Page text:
It’s easy to overlook just how much space paper takes up in offices. After all, in the past paper was simply necessary and expected. Using less paper doesn’t just help you keep your personal workstation tidier — it also gives you the opportunity to get rid of those clunky file cabinets that take up valuable office real estate. Instead of digging through stacks of papers or files to find that document you need, you can simply look it up on your computer, saving valuable time and effort. Plus, digital file storage allows you to store a virtually endless amount of data, whereas paper is very limited in its capacity. Over time, paper records really add up, especially if they’re important documents that can’t be discarded or recycled.

Pro: Protect Important Data

Sometimes accidents or incidents happen that are beyond our control. All it takes is a leaky ceiling to potentially damage irreplaceable files. Modern cloud-based computer storage allows you to keep your data stored securely on offsite servers so you never have to worry about an unforeseen disaster. There are plenty of backup solutions available that ensure your data is protected, no matter what. Sure, you can make copies of important documents, but even those are susceptible to damage, not to mention the time and space it takes to back up paper documents.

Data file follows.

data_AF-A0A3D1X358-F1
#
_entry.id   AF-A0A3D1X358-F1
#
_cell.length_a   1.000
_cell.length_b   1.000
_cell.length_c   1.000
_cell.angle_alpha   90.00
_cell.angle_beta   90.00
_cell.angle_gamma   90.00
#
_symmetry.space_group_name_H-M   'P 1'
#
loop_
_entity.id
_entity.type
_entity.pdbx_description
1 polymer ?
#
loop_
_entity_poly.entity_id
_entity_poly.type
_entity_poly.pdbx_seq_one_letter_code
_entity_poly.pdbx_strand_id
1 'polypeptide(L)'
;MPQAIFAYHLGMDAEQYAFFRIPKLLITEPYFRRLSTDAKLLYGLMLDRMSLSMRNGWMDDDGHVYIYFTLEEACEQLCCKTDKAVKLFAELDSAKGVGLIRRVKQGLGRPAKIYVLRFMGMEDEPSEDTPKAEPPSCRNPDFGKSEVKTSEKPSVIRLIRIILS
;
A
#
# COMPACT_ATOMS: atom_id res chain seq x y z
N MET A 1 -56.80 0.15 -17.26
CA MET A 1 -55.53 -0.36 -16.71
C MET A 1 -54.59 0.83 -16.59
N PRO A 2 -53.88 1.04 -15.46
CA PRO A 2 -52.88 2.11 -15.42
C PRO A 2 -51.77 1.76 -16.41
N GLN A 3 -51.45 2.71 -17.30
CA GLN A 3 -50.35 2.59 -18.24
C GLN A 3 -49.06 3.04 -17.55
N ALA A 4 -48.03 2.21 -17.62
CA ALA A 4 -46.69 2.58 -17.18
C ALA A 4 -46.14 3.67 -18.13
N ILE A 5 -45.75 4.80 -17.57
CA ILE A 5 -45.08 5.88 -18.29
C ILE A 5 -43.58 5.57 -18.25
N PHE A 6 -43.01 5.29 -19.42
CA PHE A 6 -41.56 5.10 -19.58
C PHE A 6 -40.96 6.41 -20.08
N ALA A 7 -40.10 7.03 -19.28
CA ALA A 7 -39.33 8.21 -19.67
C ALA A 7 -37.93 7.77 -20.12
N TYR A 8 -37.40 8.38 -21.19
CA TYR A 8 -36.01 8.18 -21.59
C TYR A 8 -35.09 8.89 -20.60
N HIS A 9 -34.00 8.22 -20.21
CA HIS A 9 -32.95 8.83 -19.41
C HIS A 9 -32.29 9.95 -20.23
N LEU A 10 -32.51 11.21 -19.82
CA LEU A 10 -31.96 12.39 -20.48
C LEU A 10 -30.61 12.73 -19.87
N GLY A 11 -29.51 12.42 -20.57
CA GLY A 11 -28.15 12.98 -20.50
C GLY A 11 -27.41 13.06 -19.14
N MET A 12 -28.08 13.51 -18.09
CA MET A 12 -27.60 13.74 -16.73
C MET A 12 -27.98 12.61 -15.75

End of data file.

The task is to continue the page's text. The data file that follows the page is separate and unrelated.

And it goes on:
Con: Paper Is Often Required or Preferred

As you can see, it’s easy to make a strong case for going paperless. However, there are some downsides worth considering. One of the big ones is that the world is not fully paperless, and sometimes paper documents are preferred or even required. For instance, if you work in a legal office, going paperless wouldn’t be ideal because you often need to have clients sign physical documents. Additionally, potential customers, clients, partners, or other business associates may prefer paper, and that can cause a rift if you’re not able to accommodate them.

Con: Paper Is Easier On the Eyes